Barnard Aircraft Components

Chuck Firth

Originally published December 1996

Steve Barnard, proprietor of an establishment called Barnard Aircraft Components located in Cameron Park, California, was our featured speaker. You might remember Steve's presentation to the chapter last October. He's an inveterate tinkerer who's made numerous improvements to his RV-6A over the years and turned his hobby/compulsion into a business. Barnard AC specializes in quick build kits for components of the Vans Aircraft RV-3, RV-4, RV-6, and RV-6A.

When he was here last year, Steve brought along samples of the quick build kits his company offers. Included were landing/taxi light, firewall, and wing kits. All components are cut to size, drilled (pilot or full size), precision located to the assembly point, and ready to install. Many are gold anodized and identified with a part name and number. At the time, Steve claimed a builder could save over 300 hours of construction effort. Paul Rosales, chapter secretary for the 49'ers, bought the wing kit earlier this year and will attest to the truth of that claim. You might have seen his wings at the Fox fly-in project display.

During Steve's previous visit he also showed slides of VS Aero studies performed by Analytical Methods, an engineering firm in Washington state. VS Aero is a package that does computational fluid dynamic (CFD) analysis and plots output in the form of color-coded pressure gradients on the aircraft plan form. Tufting plots can also be done, particularly where flow reversals are expected. The VS Aero data prompted him to experiment with modifications to his RV-6A's wing tips and wing roots. He also reported finding undesirable lift on the main gear fairing, poor flow at the cowling inlet, and significant drag just forward of the canopy. At the time these were just areas of interest.

The past year has been a productive one for Steve. He's validated his change to the wing tips and found another design that seems to work even better. He's also concluded his wing root modification does little to improve the flow at the fuselage but quite probably does improve stability. Another change he's explored is a plug to fill the gaps at the rudder and elevator hinge points. Foam or Dacron cloth are two materials he's tried.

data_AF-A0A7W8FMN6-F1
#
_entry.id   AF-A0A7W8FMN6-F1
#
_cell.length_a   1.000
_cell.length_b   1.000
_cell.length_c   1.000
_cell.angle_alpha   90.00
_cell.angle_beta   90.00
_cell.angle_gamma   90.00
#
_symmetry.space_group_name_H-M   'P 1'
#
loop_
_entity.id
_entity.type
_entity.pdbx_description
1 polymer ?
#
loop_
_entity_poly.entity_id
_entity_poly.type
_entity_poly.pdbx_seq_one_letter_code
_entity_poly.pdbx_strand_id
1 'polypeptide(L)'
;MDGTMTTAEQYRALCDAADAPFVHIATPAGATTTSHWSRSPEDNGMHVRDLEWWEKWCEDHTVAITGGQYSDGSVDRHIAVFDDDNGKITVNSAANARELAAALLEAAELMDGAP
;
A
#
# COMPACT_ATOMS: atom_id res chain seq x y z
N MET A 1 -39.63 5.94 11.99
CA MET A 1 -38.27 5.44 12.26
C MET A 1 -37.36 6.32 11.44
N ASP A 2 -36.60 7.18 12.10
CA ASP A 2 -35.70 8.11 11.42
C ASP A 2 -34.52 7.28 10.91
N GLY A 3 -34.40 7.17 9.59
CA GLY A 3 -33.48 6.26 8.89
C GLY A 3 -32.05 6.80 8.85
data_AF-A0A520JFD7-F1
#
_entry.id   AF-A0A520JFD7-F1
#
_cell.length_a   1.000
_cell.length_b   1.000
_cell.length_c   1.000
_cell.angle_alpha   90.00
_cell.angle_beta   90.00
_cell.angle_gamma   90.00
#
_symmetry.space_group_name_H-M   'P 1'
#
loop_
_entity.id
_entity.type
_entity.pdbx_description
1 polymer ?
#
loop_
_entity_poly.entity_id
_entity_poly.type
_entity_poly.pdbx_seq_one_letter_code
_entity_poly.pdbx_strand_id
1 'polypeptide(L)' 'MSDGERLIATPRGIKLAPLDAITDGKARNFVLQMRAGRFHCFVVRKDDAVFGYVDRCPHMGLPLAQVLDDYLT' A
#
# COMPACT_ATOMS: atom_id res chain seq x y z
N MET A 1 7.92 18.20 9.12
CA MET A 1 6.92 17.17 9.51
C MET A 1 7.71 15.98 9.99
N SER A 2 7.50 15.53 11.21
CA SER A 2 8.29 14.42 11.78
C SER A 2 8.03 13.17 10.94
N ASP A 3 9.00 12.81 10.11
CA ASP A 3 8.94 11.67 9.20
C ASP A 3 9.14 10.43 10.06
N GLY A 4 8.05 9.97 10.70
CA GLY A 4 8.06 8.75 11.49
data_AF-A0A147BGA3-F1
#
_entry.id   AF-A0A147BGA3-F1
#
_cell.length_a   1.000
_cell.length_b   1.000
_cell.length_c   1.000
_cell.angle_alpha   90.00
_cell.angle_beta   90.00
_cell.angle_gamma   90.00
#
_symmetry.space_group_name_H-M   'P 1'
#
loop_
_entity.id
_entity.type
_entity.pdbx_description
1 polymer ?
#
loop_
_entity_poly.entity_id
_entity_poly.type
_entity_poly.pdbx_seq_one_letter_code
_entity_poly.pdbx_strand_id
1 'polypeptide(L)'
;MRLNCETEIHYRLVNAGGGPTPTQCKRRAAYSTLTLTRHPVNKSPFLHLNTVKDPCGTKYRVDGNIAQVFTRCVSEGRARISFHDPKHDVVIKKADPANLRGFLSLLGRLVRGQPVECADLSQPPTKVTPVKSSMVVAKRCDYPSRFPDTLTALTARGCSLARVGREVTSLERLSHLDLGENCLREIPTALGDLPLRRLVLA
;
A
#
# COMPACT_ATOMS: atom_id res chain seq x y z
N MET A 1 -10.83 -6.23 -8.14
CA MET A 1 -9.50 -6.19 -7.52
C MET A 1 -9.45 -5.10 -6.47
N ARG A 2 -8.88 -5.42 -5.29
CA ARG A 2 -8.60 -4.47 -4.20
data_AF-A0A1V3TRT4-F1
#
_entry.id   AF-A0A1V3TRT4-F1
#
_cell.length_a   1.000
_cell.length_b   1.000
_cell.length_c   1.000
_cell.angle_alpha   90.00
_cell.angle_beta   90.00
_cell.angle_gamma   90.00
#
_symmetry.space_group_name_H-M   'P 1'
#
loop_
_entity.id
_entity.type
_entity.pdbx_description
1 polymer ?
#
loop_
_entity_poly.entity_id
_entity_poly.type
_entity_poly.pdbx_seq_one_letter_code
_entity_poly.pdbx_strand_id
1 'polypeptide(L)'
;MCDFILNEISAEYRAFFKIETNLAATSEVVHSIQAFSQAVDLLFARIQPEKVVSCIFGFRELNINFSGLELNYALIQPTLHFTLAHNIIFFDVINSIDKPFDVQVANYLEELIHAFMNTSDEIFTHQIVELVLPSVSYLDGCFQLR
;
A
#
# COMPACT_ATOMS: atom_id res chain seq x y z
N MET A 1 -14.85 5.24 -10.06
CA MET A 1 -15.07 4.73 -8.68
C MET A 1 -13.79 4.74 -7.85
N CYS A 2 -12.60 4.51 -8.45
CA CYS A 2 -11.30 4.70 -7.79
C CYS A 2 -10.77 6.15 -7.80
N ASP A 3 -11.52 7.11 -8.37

Perhaps Steve's most ambitious improvements have been at the cowling inlets, through the pressure chamber formed by the cooling plenum, and at the cowling outlet. The design uses a laminar flow circular inlet located to either side of the spinner. The spinner is set out slightly using a propeller extension and the gaps inboard on the cowling at the spinner are filled. This is an area where tufting plots showed reversed flow. The plenum creates a 100% seal across the upper chamber and is designed to induct air into the fuel injection servo at about one inch of mercury over the ambient pressure at 5000 feet density altitude. His outlet redesign reduces the area from about 25 inches to 17 inches and works a stagnation point on the lower firewall.

So what do you get for all this? The average RV-6A will cruise at about 180 to 185 mph with a 180 hp engine, constant speed propeller, 8,500 feet density altitude, running 2450 rpm full throttle. Steve has an IO-360, 200 hp fuel injected engine in his RV so he's careful to qualify the improvement claims. They are impressive however. After making modifications to the wing tips, wing root fairings, cowling, induction inlet and a few other less noticeable items his cruise speed (75%) is 220 mph true at 8,500 feet density altitude, running 2700 rpm full throttle. Other stats: economy cruise is 205 mph on eight gpm fuel burn, rate of climb (solo) is 2,700 fpm, and stall with full flaps at 53 mph.

If you're looking at an RV-6 or other Van's aircraft as a project, or you've already started to build, you might want to give Steve a call. Barnard AC, 3327 Wood Lane, Cameron Park, CA. 95692. Phone/fax 916/676-5601. 


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Revised -- 27 June 1997